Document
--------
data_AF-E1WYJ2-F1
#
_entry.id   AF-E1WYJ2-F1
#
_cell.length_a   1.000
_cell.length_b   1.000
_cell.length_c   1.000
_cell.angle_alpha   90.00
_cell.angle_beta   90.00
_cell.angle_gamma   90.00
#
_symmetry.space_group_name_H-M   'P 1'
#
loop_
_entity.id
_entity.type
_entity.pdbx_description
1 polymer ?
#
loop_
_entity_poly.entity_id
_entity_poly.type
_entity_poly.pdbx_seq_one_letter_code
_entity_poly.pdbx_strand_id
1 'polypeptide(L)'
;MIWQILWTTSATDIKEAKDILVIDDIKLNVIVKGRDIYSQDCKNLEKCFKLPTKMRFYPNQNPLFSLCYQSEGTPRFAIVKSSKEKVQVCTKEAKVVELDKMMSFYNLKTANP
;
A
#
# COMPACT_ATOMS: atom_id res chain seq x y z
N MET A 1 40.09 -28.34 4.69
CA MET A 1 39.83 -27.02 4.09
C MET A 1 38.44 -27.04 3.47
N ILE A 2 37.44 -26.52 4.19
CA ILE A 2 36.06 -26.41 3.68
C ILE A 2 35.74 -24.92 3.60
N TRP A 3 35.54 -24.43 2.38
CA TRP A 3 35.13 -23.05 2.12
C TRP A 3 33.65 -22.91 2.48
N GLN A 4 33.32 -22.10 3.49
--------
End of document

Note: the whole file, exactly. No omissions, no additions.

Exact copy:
data_AF-E1WYJ2-F1
#
_entry.id   AF-E1WYJ2-F1
#
_cell.length_a   1.000
_cell.length_b   1.000
_cell.length_c   1.000
_cell.angle_alpha   90.00
_cell.angle_beta   90.00
_cell.angle_gamma   90.00
#
_symmetry.space_group_name_H-M   'P 1'
#
loop_
_entity.id
_entity.type
_entity.pdbx_description
1 polymer ?
#
loop_
_entity_poly.entity_id
_entity_poly.type
_entity_poly.pdbx_seq_one_letter_code
_entity_poly.pdbx_strand_id
1 'polypeptide(L)'
;MIWQILWTTSATDIKEAKDILVIDDIKLNVIVKGRDIYSQDCKNLEKCFKLPTKMRFYPNQNPLFSLCYQSEGTPRFAIVKSSKEKVQVCTKEAKVVELDKMMSFYNLKTANP
;
A
#
# COMPACT_ATOMS: atom_id res chain seq x y z
N MET A 1 40.09 -28.34 4.69
CA MET A 1 39.83 -27.02 4.09
C MET A 1 38.44 -27.04 3.47
N ILE A 2 37.44 -26.52 4.19
CA ILE A 2 36.06 -26.41 3.68
C ILE A 2 35.74 -24.92 3.60
N TRP A 3 35.54 -24.43 2.38
CA TRP A 3 35.13 -23.05 2.12
C TRP A 3 33.65 -22.91 2.48
N GLN A 4 33.32 -22.10 3.49